Mk4 Mod 0

Hello I apologize but I am a new collector and I came across this MK 4 at an estate sale. I would love to know what era it may have came from. The gentleman was a scallop fisherman and said he had pulled it from the ocean while fishing. Any if would be greatly appreciated. Its about 4 or 5 inches wide and about 27 inches tall.

Appears to be a storage or fuze hole cover on a artillery shell of some kind.
But that is a WAG on my part.

Oh well, this is a US navy 5-inch projectile.
When condition is untouched this item may be highly dangerous as it is not only a potential high explosive projectile but also can be fuzed (underneath that top cap you see).
In this case it is a dud and even more dangerous!

In case you are no expert (I assume) call in your local law enforcement and do not touch the item any more.

As per your images you are in imminent danger!

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I probably should have mentioned that the shell is empty. I just set the top on it to get the height.

Good !

Then it still remains a US 5inch high explosive (empty) or a target practice projectile for naval guns.

Thank You. Would you have any idea what era it may have come from?

I am no expert in US navy ammo. When there is no clearly legible date in one of the markings it gets difficult.
Maybe the other guys who are specialized in this kind of ordnance can chime in and specify.

The type you have there could be still in service today but also may be from WW2 days:
https://dod.defense.gov/OIR/gallery/igphoto/2001629049/

I’d be interested to see a photo of the shell without the fuse cap on it.

We all can tell Alex has a lot of experience with these types of unexploded ordinance. I know they STILL find unexploded ordinance all over Europe from WW2. Every year an estimated 2000 tons are found in Germany alone… scary, and to think about the millions of tons used during that war is insane.

These are my two, 5"/38 Cal US Navy projectiles. I was told that they are WW2 era. Maybe of interest in case you would like to see the stenciling?

Jason

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Thanks for posting the pictures. I wasn’t aware that HE shell design was comprised of multiple components.

Does anyone have a drawing of this particular shell?

The “Mark 4 Mod 0” marking only is the designation for the fuze protector cap. It is a pressed steel design. The more common cast bronze cap can be seen in the photos to the left of the blue projectile.
The OD “Common” projectile in APFSDS photos is more of an armor piercing design than a high explosive design, with an extremely thick short body, usually with a hollow core which could be loaded with explosive and fitted with a base fuze. The front of the stubby projectile is fitted with a ballistic cap to make it more streamlined for better ballistics.
The typical high explosive projectile had much thinner walls and a lot more explosive, and usually fitted with a nose fuze, either impact or time.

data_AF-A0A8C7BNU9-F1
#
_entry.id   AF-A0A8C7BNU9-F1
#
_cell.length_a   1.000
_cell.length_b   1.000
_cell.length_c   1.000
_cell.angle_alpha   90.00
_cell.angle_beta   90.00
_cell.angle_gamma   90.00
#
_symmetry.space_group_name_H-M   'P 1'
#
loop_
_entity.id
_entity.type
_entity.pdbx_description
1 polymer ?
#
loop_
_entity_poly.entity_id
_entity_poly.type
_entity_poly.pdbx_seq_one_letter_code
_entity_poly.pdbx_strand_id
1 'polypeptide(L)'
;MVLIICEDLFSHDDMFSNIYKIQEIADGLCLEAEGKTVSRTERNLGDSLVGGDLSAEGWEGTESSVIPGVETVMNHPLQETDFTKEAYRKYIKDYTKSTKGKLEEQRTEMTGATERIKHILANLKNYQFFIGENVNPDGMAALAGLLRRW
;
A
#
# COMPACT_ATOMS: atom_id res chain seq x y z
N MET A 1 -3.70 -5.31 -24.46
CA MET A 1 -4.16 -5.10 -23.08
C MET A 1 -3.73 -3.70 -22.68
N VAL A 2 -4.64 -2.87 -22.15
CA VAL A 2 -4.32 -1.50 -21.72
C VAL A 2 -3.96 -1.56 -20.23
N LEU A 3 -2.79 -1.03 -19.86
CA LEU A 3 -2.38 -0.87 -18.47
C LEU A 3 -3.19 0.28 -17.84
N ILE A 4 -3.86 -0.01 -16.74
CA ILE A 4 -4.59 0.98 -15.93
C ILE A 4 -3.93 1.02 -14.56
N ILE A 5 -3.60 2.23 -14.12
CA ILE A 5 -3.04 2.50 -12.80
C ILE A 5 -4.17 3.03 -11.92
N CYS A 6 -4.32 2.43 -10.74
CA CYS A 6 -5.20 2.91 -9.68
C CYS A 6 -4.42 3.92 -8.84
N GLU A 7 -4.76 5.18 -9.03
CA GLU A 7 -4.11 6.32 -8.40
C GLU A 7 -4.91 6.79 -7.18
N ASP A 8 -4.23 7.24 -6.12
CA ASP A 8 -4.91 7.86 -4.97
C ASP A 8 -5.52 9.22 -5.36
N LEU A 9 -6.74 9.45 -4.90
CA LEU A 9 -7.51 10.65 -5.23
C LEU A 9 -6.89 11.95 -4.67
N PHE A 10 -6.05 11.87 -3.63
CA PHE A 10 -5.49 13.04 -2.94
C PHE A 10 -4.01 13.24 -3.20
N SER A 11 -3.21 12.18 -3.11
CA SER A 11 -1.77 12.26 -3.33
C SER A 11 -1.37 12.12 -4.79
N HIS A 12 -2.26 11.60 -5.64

It would really help to see what is under the cap on your projectile, and also the base to see if there is a fuze there. Without any traces of the paint, it is hard to know if it is filled with high explosive or not. It is also possible that it is like the blue projectile which was used for target practice. These “blind loaded” shells are filled with an inert substance instead of high explosive (e.g.- plaster instead of TNT) and fitted with an inert metal plug like in the blue one, instead of a functional fuze. These are known as “blind loaded and plugged” of BL&P which you can see stenciled on the side.
Some of the BL&P projectiles were made using shells taking only a nose fuze, and some were made for either/both a nose and base fuze.

Knowing what is on the nose and base of your shell will help with determining if it is potentially dangerous.

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Thanks for the correction John. I based my guess on the colour scheme used. It is coincidental that this topic appeared when it did, as I have been offered a case and a fuse protector cap for one of these, in return for printing up a shell.

I should be asking for the drawing of the HE shell but I would still love to see a drawing for the shell shown by APFSDS, as that is interesting and something I would like to have a try at modelling for printing.

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Mayhem,

Check out this link for some info on the shell you are curious about:

https://maritime.org/doc/ordnance/pg034.htm

Dave

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Thanks for all of the comments!! Here are a few more20200213_125401_resized 20200213_125410_resized 20200213_125416_resized 20200213_125640_resized pictures.

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Is that remnants of blue paint on the base?
Then it appears to be a practice projectile.

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